Saturday, July 31, 2010

Fish Stock Fiasco

Photo: a block of frozen prawn stock, fish frames, garlic, herbs, onions and more...

There will be no accompanying recipe today… you would not thank me for the results if you tried this at home. The galley still smells faintly fishy - hell, the whole boat is scented with fish. I’ve thrown away my favorite Joyce Chen bamboo-handled spider (strainer) because it reeked of fish even after a soak in vinegar, and then in a bleach solution. We’ve thrown open the portholes, hatches and doors and powered up all of the fans and ventilators to rid us of the fragrance of the failed fish stock project.

Did the cookbook lie? Did I miss some vital direction? Was the notation, “Make your own choices about the [fish] eyeballs.” a hint of trouble ahead? Don’t know, don’t care, not gonna do that one again.

Life’s a Fish and Then You Fry; an Alaska seafood cookbook, is worth a read for Randy Bayliss’s oddball humor, intriguing piscatorial information, and the bizarre-yet-appealing illustrations by Ray Troll. After the failure of the fish stock and subsequent Soup d’ Poisson I’m not ready to try another Bayliss recipe quite yet. Maybe next week, if there’s no lingering odor involved.

Details? The soup was insipid, flat, boring, without taste… and I’m blaming it on the stock. I’ve produced more flavorful results using commercial broth bases. I did enjoy the initial steps of shrimping, fishing, picking fresh herbs, and even chopping the small mountain of vegetables. The stockpot looked pretty interesting initially. The soup? After a taste or two we threw it away and I vowed not to mess with fish stock again. Have I said that before? Well this time I mean it. The Capt will help me remember.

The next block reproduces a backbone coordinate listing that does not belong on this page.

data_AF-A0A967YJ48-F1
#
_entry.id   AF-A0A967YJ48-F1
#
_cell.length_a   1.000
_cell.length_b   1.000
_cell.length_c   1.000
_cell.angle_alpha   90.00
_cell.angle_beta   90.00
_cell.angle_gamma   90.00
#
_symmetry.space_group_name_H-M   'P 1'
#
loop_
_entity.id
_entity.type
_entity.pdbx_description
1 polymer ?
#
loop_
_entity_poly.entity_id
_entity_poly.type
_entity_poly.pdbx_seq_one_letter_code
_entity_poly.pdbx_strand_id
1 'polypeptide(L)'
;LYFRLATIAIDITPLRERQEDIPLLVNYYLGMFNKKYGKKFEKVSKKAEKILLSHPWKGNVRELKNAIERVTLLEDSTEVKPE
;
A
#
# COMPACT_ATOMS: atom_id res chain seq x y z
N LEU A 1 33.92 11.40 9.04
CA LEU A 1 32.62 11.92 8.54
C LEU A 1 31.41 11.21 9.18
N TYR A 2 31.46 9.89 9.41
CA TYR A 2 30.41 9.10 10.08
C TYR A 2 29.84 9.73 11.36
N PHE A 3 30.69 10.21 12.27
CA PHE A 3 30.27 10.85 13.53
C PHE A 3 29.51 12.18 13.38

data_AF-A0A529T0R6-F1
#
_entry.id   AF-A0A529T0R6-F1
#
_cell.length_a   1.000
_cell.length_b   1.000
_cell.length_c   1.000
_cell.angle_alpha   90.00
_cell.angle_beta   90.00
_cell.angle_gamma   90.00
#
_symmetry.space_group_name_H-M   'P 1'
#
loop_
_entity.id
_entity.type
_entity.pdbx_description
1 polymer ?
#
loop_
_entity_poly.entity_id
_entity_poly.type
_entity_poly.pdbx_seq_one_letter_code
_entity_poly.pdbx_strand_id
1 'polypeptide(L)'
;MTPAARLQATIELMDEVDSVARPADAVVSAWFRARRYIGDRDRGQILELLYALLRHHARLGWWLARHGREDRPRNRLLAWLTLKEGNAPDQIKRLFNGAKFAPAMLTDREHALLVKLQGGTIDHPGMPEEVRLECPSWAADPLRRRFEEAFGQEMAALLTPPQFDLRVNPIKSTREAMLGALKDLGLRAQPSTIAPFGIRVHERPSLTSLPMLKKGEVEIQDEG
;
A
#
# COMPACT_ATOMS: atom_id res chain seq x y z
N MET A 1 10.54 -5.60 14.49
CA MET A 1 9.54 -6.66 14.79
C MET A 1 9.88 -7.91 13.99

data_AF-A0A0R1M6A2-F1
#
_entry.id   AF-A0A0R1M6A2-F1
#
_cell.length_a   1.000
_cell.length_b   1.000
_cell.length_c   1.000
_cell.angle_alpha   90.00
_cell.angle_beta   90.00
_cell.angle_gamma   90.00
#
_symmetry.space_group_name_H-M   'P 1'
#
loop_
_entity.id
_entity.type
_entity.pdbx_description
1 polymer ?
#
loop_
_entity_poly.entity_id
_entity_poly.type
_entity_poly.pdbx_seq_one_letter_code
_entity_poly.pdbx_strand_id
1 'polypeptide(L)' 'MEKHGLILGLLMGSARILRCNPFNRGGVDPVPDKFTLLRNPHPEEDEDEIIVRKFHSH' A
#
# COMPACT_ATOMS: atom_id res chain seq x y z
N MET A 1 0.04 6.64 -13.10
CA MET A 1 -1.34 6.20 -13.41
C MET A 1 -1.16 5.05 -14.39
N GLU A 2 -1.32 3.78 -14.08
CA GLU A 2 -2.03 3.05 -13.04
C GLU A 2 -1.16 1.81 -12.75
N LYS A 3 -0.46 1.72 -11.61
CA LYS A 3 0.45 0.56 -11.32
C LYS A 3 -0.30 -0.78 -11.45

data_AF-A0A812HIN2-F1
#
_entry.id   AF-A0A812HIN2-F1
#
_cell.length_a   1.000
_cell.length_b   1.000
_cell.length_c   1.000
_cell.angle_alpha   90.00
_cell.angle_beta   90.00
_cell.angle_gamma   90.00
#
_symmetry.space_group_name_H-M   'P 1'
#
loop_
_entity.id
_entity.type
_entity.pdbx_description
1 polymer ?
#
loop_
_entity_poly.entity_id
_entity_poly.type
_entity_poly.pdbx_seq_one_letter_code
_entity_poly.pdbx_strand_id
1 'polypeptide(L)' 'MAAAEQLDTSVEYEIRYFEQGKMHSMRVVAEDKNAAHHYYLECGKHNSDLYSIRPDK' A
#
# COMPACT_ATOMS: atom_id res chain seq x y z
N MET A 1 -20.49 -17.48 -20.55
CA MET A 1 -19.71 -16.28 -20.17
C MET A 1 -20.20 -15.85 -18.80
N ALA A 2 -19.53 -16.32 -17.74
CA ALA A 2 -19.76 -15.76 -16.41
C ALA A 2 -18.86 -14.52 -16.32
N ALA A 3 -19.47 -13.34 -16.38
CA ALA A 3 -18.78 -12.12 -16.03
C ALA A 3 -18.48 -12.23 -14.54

Tuesday, July 27, 2010

Cajun BBQ Prawns

Photo: Bowl of Cajun BBQ Prawns with shells on

With two days of sunshine in a row, why spend time inside in the galley? Not me, I took the easy way out, with absolutely no guilt. I could get used to this combo of sunshine and easy living.

“So, what would you like to grill for dinner tonight…?” was the approach that worked last night. He manned the barbecue and we shared a steak with a side of salad. After dinner I threw together a batch of No-Knead Sourdough bread, adding 1/4 cup of mixed grains and 1/4 cup of chopped walnuts to the usual list of ingredients. That was easy, with minimal effort for some major enjoyment the next few days. The bread rose overnight (around 12 hours) and completed it’s second rise (about 6 hours) while we cruised to the new anchorage.

No-guilt delegating is one thing, but the Capt. did run the boat and navigate several intricate, shallow and narrow passages. Okay, I could handle the easy-style cooking the next night. Luckily the makings for a Cajun Barbecued Shrimp feast were on hand. Just peel the shrimp, pull some sauce out of the freezer, slice the bread already baked and ready for dipping, and grab some pickled okra from the pantry... how easy is that? Oh wait, we needed some token healthy side dishes. Asian pickled, sliced cucumbers and some chunked tomatoes and basil in balsamic vinegar were the choices, in keeping with the easy motif.

We first enjoyed Cajun-style food at Burk’s Restaurant in Ballard, in the late 70’s I think. Gumbos, hot sausages, muffeletta sandwiches, BBQ Prawns, decadent desserts - I really miss Burk’s since it closed last year. One taste of prawns, bathed in butter and hot sauce… I was hooked, and had to have a recipe. Bon Appetit magazine, October 1980, provided a good start. Eventually Burk shared his version, and since then I have found scores more recipes in cookbooks and online.